So far, after the general election there is nothing much to rejoice about. The corrupted sharks are still swimming about, crime is still on the rise, the national debt has increased, higher taxes will be imposed and the ordinary citizens have to cope with the higher cost of living.
Yes, the rakyat are indeed unhappy
Not in sync
Pakatan Rakyat MPs raising the issue of the Prime Minister’s RM2.2 million electricity bill for his official residence have certainly annoyed the latter but the issue is important.
Why is the Prime Minister telling the rakyat to tighten our belts when he himself is spending lavishly? He has certainly lost credibility due to his shocking electricity bill.
He has also said that those who evade taxes are traitors to the nation. If he is hinting at the KL folks who are against the assessment hike, then he has totally lost the point.
KL folks are only protesting the ridiculously massive hike, nobody ever said that they do not want to pay. This shows that Najib is not listening to the rakyat at all.
In the meantime, in a recent press conference earlier this month, PKR’s Lembah Pantai MP Nurul Izzah Anwar has revealed that there are 30 Special Branch (SB) officers in London.
What are they doing in London? Do they intend to stem the flow of real, true and accurate information from Malaysians in UK to Malaysians back home?
Now we know that although the government is not listening to the rakyat, they are listening in on the rakyat.
“I don’t want to listen to the economy being robust and resilient when I am struggling to make ends meet,” said Peter Chong, who works in the retail sector.
Chong said Najib was a failure especially in not listening to the Chinese and thus he should not be angry if the community rejected BN.
He listed three major points for Najib to take note:
  • According to the population ratio, more Chinese voted for PAS compared with the Malays;
  • The Chinese say that the BN government is hopeless and is mired deep in mismanagement; and
  • More Chinese will be migrating soon which means that Malaysia will experience a greater brain-drain.
At the end of the day, it is clearly obvious that despite all the hype, Najib is not in touch with the pulse of the rakyat despite constantly saying that he is.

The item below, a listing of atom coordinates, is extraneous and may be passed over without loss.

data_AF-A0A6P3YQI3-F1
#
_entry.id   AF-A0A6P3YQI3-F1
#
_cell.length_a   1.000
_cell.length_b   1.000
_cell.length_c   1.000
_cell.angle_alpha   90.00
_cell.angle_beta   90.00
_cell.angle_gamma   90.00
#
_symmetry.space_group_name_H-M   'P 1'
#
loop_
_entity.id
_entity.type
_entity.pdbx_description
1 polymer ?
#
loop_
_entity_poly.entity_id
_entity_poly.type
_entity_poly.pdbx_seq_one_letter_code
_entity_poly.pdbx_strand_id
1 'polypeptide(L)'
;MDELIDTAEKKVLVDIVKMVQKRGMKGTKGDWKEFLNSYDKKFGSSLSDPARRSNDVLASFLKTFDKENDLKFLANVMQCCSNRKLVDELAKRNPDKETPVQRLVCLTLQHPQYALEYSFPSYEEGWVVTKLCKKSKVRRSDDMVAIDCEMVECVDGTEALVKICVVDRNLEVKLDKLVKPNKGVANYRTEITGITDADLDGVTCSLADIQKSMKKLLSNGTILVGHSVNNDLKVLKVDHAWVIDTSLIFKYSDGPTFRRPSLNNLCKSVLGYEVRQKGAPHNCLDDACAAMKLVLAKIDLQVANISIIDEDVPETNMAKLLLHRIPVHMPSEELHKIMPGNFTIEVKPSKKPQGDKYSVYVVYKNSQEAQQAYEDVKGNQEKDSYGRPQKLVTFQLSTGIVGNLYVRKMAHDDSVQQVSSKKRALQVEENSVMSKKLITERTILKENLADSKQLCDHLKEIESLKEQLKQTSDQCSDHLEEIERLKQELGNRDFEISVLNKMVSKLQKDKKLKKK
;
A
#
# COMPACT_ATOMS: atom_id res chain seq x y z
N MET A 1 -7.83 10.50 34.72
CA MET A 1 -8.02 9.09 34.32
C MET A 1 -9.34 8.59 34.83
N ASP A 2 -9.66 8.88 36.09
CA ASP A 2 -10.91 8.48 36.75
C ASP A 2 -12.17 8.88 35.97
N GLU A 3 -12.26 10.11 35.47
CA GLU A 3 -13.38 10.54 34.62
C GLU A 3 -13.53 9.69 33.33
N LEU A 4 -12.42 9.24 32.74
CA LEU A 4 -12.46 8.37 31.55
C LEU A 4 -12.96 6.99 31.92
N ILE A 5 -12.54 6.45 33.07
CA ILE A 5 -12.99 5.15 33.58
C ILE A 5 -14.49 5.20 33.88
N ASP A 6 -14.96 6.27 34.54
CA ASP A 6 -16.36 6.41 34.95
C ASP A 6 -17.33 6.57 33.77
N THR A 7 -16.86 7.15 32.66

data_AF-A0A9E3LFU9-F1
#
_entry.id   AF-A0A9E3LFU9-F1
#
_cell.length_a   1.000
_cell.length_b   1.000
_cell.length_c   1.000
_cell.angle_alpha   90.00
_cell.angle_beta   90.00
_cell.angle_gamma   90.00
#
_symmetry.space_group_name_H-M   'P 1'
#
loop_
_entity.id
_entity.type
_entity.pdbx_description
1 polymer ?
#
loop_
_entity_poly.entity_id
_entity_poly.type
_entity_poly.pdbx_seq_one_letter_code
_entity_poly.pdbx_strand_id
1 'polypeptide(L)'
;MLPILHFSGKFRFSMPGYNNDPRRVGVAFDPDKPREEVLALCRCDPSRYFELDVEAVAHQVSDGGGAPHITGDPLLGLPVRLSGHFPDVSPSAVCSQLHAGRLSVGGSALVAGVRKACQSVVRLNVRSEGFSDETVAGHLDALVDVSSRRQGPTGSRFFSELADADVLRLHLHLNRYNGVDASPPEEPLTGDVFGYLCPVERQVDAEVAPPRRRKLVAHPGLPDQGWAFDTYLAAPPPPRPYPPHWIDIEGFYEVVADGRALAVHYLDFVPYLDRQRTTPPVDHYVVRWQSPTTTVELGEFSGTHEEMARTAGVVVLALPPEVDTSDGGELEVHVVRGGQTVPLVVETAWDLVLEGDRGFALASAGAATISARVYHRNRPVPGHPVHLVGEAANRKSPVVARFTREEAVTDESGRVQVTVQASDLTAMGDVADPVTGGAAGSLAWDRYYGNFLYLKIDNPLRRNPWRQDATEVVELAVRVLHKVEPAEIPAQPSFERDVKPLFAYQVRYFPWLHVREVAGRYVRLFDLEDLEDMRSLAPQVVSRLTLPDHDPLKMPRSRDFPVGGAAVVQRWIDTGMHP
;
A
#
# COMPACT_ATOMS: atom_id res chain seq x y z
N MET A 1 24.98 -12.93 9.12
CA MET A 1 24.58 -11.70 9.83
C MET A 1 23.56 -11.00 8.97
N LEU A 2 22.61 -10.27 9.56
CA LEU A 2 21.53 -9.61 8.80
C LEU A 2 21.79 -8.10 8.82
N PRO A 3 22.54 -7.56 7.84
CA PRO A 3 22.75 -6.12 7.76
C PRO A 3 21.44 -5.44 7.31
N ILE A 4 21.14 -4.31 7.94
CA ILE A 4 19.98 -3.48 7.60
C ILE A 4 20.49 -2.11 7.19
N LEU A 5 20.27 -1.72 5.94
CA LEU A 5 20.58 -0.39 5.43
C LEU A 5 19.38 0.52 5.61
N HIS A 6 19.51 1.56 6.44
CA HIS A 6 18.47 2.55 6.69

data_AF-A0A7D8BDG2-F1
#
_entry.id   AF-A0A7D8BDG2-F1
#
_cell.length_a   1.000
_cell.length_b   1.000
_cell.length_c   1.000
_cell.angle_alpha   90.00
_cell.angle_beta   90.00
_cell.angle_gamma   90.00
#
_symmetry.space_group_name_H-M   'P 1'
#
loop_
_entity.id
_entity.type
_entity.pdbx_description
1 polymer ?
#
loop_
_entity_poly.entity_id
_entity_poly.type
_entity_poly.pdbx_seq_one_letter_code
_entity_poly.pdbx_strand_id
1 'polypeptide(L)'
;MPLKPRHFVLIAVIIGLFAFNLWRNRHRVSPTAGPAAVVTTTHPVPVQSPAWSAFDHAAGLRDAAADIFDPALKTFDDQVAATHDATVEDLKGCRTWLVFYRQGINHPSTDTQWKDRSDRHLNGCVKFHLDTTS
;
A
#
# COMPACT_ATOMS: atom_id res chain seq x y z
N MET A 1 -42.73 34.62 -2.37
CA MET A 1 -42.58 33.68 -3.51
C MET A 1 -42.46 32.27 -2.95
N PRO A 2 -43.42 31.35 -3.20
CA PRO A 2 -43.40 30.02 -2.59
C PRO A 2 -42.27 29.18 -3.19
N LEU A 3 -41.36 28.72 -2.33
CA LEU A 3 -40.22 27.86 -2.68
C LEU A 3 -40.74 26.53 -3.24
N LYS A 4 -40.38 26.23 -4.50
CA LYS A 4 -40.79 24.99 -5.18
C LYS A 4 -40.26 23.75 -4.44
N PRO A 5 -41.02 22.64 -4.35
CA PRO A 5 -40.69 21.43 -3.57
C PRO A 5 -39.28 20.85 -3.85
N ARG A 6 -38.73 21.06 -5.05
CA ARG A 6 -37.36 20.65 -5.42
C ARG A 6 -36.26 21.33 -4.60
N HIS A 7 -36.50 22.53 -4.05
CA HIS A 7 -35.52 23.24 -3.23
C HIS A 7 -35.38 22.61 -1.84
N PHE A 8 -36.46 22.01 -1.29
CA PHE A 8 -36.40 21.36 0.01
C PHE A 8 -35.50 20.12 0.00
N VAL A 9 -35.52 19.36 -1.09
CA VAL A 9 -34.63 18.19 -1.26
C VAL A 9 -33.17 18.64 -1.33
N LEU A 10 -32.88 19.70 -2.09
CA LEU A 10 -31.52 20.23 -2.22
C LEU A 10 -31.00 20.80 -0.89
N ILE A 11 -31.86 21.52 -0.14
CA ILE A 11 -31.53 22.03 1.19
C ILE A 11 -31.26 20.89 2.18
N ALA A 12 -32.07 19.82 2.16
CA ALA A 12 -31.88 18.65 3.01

Those who think that he is doing a good job as a Prime Minister fail to see that his proclamation of BN as a caring government is in direct contrast with his actions.
Najib and the rakyat are not really in sync. He is only in sync with the Umno members and his elite cronies.
Selena Tay is a DAP member and a FMT columnist.

Monday, November 25, 2013

GST will only make BN richer

GST will only make BN richer

Ali Cordoba | November 26, 2013
Analysts have been spewing their take on the GST. But, is this tax a necessity in keeping the country afloat?
The much maligned goods and services tax (GST) is seen as a necessary evil by many experts who do not have to worry about the little dent it will make in their pockets, while they overlook the real implications of such a taxing method on the ordinary folks’ wallet.
One analyst attempting to coax the people into believing that the GST would be the downfall of the ruling party said: “Putrajaya’s contentious plan to roll out a consumption tax system in 2015 could give the opposition the perfect campaign fodder.”
The analysts added that it could potentially unseat the Barisan Nasional (BN) coalition in the next national polls. However, I beg to differ with this expert.
Among the most prominent comments of how the GST would benefit the people were those from government officials who defended the GST, which they denied was a new form of taxation, by claiming that it would bring progress and development to the country.
Then, we had the usual suspects such as the think-tanks and the thinly-veiled pro-regime buddies helming the corporations and other vehicles of propaganda who said it was time to introduce the GST or the country would be doomed in a few years.
Amid all the soothsayers, there were only a few doomsday prophets who came from the ranks of the opposition but we will get to that later after explaining why the GST was just another form of money-raking vehicle for cash-strapped BN.
In this perspective, it is wiser to state that the GST would be indeed a money making machine and could probably rake in RM25 to RM30 billion but we are not told of the diminishing returns with the shelving of the other taxes.
In this respect, another soothsayer from the Inland Revenue Board (IRB) whose chief executive officer/Director General Mohd Shukor Mahfar, who seemed comfortable in his post and with his views, said if “we analysed it,” individual and corporate taxes would be lowered to reduce the impact on the people.